The Relation Between Leniency and Private Enforcement

Towards an Optimum of Overall Competition Law Enforcement?

Description

The difficulty with competition law is that so many aspects can influence its overall effectiveness. Sanctions in criminal law or the emergence of private enforcement, for example, may influence leniency policy. In turn, public enforcement, whilst protecting information, could also influence the effectiveness of antitrust damages actions.

 

The author makes a comparison with the board game “Pisa”. In this game, small figures have to be placed at different levels of the Leaning Tower of Pisa, with the aim of keeping the tower stable. When there are too many dolls on one side and not enough on the other, the balance is lost and the figures topple off the tower. Competition law enforcement is a leaning tower of Pisa. If the structure of a competition law policy is not sufficiently balanced between public and private enforcement, it will function less effectively than it could.

 

With an upcoming private enforcement it is important to strike the right balance so that claimants are able to effectively claim damages on the one hand, but cartel infringers remain interested in applying for leniency on the other. The author analyzes the chosen systems of the EU, Germany and the Netherlands and uses the US system as inspiration. The author also discusses potential solutions for diverging approaches.

Index

Table of contents

Preface

1 Introduction

1.1 Introduction

1.2 Topic

1.3 Comparative and Legal Approach

1.4 Structure of the Dissertation

1.5 Remarks

2 Leniency Policy of the European Commission, Germany and the Netherlands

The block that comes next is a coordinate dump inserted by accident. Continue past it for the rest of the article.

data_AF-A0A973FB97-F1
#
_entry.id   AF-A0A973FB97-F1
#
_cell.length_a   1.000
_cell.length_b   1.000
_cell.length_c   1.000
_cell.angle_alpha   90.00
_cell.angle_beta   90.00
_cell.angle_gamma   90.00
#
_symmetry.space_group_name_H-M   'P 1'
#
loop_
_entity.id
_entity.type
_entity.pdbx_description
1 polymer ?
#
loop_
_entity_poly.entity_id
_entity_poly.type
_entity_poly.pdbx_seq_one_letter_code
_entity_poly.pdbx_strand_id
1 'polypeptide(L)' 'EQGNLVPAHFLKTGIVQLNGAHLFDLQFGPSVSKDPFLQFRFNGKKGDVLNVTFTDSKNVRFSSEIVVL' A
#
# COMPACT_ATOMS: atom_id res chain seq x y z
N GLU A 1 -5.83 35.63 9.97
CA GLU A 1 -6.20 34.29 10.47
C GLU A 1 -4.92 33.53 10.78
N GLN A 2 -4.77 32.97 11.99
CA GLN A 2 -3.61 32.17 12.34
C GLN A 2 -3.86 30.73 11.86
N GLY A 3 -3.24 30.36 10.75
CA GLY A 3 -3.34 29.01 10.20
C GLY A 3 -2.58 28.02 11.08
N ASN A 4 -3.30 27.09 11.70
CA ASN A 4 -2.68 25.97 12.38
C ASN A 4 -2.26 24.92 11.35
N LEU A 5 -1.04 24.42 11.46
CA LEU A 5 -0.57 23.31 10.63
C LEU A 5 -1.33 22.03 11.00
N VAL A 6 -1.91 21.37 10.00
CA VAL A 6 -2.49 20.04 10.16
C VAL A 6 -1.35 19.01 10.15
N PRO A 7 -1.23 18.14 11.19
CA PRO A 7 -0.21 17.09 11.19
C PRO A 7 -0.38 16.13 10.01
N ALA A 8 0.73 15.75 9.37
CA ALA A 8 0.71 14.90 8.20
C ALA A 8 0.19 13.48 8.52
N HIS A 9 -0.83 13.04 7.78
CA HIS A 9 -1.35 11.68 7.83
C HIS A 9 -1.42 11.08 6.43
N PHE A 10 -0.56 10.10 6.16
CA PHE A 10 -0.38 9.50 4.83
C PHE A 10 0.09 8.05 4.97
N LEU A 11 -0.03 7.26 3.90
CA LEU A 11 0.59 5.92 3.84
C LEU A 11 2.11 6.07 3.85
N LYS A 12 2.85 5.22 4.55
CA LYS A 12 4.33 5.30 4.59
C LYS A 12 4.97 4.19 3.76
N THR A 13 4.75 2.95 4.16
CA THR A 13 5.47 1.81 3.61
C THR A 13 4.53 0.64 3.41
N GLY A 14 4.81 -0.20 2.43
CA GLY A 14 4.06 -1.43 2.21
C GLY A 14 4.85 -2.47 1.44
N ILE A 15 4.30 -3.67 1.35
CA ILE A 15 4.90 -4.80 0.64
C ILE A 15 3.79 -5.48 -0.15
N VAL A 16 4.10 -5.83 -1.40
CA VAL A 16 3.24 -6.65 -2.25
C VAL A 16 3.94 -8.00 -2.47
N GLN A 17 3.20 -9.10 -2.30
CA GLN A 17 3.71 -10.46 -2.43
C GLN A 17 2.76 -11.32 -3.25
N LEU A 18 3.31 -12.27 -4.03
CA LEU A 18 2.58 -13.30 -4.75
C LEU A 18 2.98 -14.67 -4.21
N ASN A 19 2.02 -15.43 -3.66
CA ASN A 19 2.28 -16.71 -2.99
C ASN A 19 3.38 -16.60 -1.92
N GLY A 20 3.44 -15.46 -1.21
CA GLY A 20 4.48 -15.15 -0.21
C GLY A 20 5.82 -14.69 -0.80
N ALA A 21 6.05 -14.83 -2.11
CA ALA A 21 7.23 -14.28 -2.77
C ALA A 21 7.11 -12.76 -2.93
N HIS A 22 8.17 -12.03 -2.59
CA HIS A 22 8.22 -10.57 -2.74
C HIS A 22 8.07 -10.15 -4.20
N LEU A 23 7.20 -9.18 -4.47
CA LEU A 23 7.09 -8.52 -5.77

2.1 Introduction

2.2 Effective Leniency Policy

2.3 Leniency Policy of the European Commission

2.4 German Leniency Policy

2.5 Dutch Leniency Policy

2.6 Interaction of Leniency Policies Within the EU

2.7 Evaluation of the Effectiveness of the Leniency Policy Within the EU

2.8 Conclusion

3 Development of Private Enforcement at the EU level

3.1 Introduction

3.2 History

3.3 Towards European Antitrust Damages Legislation

3.4 Comparison and Analysis of the Directive and the Papers

3.5 Conclusions

4 Private Enforcement in Germany and the Netherlands

4.1 Introduction

4.2 Private Enforcement in Germany Prior to the Antitrust Damages Directive

4.3 Private Enforcement in the Netherlands Prior to the Antitrust Damages Directive

4.4 Comparison and Analysis of Private Enforcement in Germany and the Netherlands Prior to the Antitrust Damages Directive

4.5 A Quick Overview of Private Enforcement in Other Member States

4.6 Private Enforcement in Germany and the Netherlands and the introduction of the Antitrust Damages Directive

4.7 Conclusions

5 The System in the United States

5.1 Introduction

5.2 Antitrust in the United States

5.3 Similarities and Differences Between Europe and the United States

5.4 Private Enforcement in the United States

5.5 Leniency Policy in the United States

5.6 Evaluation of Competition Law Enforcement in the US and Comparison with Europe

5.7 Conclusions

6 Synopsis

6.1 Introduction

6.2 Main Findings

6.3 Bottlenecks

6.4 Steps Forward and Solutions

6.5 Conclusions

7 Summary and Conclusions

7.1 Introduction

7.2 Findings

7.3 Recommendations

7.4 Final Conclusions

Samenvatting en conclusies

List of Sources

Table of Cases

Table of Decisions of Authorities

Publications

Curriculum Vitae

€ 63,50
Order

ISBN: 9789462511774

Practice area: European law, Commercial law

Author: Bram Braat

Number of pages: 300

Release date: 3 juli 2018

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